The field of Parkinson disease (PD) surgery has reemerged as an important area of research and clinical advancement. The notion of a surgical treatment for PD and tremors probably originated in 1909 with Horsley and in 1937 with Bucy, both of whom excised regions of motor cortex. The introduction in the 1950s of Speigel and Wycis’s stereotaxic head frame was an important development, and over the next several years, lesioning techniques in the thalamus and pallidum were refined. By the late 1960s, however, surgical treatment of PD halted with the introduction of levodopa. After the complications and failures of levodopa therapy were realized, PD surgery and lesion therapy reemerged. In the past decade, however, most centers using lesion therapy have switched to deep brain stimulation (DBS). Rapid and important advances in our understanding of basal ganglia physiology and neuroanatomy1,2 have led to controversy about the best target for DBS. The thalamic target has proven effective only for tremor, but the controversy over which is the best overall target for PD continues.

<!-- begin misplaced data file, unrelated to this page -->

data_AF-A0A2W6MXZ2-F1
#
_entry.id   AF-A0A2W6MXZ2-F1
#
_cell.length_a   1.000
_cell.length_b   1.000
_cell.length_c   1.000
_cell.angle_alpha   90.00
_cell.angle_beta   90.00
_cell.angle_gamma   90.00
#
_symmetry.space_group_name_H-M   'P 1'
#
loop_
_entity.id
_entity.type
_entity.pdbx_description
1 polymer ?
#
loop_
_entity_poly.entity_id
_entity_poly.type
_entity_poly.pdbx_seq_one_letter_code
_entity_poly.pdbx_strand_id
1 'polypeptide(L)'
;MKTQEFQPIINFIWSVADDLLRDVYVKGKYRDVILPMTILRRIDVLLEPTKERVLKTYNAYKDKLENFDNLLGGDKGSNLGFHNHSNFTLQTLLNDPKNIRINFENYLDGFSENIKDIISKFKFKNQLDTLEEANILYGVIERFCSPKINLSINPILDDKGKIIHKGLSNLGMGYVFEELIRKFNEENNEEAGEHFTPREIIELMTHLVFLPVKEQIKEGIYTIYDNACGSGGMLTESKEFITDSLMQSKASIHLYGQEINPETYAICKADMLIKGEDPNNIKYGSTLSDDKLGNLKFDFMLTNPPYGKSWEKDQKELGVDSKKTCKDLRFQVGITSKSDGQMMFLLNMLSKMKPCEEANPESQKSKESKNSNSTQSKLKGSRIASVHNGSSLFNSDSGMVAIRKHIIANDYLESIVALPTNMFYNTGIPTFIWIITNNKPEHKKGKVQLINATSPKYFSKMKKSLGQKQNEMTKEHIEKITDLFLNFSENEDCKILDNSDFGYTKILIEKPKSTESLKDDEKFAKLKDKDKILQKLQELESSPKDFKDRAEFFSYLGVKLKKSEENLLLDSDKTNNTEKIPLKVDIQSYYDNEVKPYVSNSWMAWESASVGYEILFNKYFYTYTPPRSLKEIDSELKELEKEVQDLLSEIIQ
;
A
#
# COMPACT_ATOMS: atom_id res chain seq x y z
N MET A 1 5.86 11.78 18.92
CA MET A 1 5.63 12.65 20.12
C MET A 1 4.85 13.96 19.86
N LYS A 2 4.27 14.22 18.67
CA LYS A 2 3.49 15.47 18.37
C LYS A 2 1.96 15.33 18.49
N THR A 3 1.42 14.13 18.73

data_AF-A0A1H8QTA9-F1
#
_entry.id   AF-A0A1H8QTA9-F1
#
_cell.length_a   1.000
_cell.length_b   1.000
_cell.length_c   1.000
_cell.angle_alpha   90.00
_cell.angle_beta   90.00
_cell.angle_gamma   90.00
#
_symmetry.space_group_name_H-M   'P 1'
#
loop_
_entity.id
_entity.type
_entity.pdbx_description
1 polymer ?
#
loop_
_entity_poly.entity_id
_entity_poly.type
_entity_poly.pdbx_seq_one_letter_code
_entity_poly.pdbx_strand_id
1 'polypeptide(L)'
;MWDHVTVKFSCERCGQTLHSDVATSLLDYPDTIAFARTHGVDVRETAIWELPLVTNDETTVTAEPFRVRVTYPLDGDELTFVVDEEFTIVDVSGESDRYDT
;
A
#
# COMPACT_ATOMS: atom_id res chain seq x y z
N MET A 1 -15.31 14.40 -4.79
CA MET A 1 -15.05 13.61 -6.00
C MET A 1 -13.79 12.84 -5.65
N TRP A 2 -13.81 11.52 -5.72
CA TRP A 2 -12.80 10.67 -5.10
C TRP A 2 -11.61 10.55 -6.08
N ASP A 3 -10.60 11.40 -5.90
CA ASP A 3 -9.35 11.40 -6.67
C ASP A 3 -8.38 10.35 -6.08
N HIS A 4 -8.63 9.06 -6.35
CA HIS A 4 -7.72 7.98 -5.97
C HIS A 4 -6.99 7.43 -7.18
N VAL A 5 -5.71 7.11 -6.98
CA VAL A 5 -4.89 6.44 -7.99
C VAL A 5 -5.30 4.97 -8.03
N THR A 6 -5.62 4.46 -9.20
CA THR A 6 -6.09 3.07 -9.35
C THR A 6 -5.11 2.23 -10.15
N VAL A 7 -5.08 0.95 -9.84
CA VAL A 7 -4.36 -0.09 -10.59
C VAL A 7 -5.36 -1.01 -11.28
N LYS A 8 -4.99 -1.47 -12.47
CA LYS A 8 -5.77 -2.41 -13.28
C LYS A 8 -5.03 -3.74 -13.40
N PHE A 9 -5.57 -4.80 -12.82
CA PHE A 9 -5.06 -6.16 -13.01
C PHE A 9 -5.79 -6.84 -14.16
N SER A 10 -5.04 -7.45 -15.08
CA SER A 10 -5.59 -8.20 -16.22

Okun MS, Foote KD. Subthalamic Nucleus vs Globus Pallidus Interna Deep Brain Stimulation, the Rematch: Will Pallidal Deep Brain Stimulation Make a Triumphant Return? Arch Neurol. 2005;62(4):533–536. doi:10.1001/archneur.62.4.533
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